Archive for the ‘tower of strength’ Category


Arjuna the Indomitable: Challenging Aussie Skulduggery in 1995-98 … and More

April 25, 2017

Andrew Fidel Fernando, courtesy of The Cricket Monthly, at ESPNcricinfo … …where the title is “Arjuna Versus”

 January 1999: Sri Lankan supporters show Ranatunga some love outside Adelaide Oval, where he was facing a disciplinary hearing

v Australia, 1995-96
Sri Lanka have played in higher-octane, better contested and far more watchable series, but for pure watershed value none has left its mark on the island’s cricket like this pre-World Cup thrashing in Australia. If Ranatunga had not been at the helm, things might have gone very differently; it was the kind of tour that can run teams aground.

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English Cricket Governors target Kolpak Imports

April 19, 2017

Simon Burnton,  courtesy of THE SPIN, where the tile is “ECB’s Kolpak clampdown is the latest gambit in 100 years war”

News the England and Wales Cricket Board is planning to tighten regulations to prevent county sides becoming flooded with Kolpak imports marks the start of another skirmish in the never-ending battle between domestic cricket’s governing body, the counties and the international sides the latter would like to plunder. The words of Haroon Lorgat, chief executive of Cricket South Africa, when Kyle Abbott and Rilee Rossouw announced their moves to Hampshire in January were particularly striking. “We invest huge sums of money in every individual,” he said, “and if you take Rilee, by way of example, in the last I don’t know how many months we’ve been treating his injuries, we’ve been investing in him. Sadly there’s no return for us in the years to come.”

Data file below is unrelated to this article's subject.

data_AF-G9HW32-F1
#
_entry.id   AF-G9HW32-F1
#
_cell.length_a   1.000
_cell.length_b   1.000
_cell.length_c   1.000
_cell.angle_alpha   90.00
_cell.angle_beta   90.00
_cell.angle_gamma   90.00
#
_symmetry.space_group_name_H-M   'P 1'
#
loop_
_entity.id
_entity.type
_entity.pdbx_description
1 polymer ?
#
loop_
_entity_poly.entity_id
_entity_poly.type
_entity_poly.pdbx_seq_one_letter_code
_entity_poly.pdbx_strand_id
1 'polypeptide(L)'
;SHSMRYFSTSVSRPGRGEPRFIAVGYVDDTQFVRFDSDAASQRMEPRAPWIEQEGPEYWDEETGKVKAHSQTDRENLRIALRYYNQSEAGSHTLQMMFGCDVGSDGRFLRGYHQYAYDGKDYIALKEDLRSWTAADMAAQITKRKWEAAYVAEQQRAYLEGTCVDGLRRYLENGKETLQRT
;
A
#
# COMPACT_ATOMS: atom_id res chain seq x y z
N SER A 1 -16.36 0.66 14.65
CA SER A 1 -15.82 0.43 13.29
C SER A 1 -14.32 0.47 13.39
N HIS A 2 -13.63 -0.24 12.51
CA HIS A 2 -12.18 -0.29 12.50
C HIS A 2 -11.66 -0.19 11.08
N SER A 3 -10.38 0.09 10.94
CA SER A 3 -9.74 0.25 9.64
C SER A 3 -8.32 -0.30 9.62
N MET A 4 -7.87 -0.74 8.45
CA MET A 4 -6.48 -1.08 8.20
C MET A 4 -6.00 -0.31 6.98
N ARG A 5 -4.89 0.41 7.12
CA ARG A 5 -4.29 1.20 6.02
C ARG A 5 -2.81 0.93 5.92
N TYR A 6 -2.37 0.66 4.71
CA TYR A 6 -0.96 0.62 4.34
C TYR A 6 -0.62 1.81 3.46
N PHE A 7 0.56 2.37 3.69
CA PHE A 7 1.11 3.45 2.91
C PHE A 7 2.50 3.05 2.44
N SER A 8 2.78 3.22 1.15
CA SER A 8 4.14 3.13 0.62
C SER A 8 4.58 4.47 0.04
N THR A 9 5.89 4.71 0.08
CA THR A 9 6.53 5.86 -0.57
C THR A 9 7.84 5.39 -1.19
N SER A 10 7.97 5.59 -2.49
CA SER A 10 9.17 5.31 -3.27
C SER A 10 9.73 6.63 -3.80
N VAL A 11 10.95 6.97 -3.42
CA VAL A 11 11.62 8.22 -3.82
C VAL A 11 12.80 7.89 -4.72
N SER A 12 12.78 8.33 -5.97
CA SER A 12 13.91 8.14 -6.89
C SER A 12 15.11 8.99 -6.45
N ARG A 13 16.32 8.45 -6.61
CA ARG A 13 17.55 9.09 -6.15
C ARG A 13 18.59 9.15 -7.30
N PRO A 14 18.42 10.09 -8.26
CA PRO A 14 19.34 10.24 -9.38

Rilee Rossouw, whose Kolpak move to Hampshire was announced in January, along with that of his South Africa team-mate Kyle Abbott. Photograph: Gallo Images/Getty Images

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India’s Rise to Heavyweight Status in Cricket, 1970s-2010s

April 17, 2017

Ian Chappell, courtesy of ESPNcricinfo, 16 April 2017, where the title is “How India became a cricketing heavyweight”

India’s Umesh Yadav, left, Karun Nair, second from left, celebrate with teammates the dismissal of Australia’s Matt Renshaw during the third day of their fourth test cricket match in Dharmsala, India, Monday, March 27, 2017. (AP Photo/Tsering Topgyal)

Watching India defeat Australia in a highly entertaining series reconfirmed how far the home side has progressed as a cricket nation in the years since I played against Tiger Pataudi‘s men in 1967-68. Pataudi led a side that had two fine spinners, Erapalli Prasanna and Bhagwath Chandrasekhar (much like the current Indian team does), and they soon added a third in Bishan Bedi. The one advantage Pataudi’s team had over Virat Kohli‘s group was close catching; no one could match the bravery and skill of Eknath Solkar. He used to field so close at leg slip, you felt like telling him, “Ekky get out of my back pocket.” Read the rest of this entry ?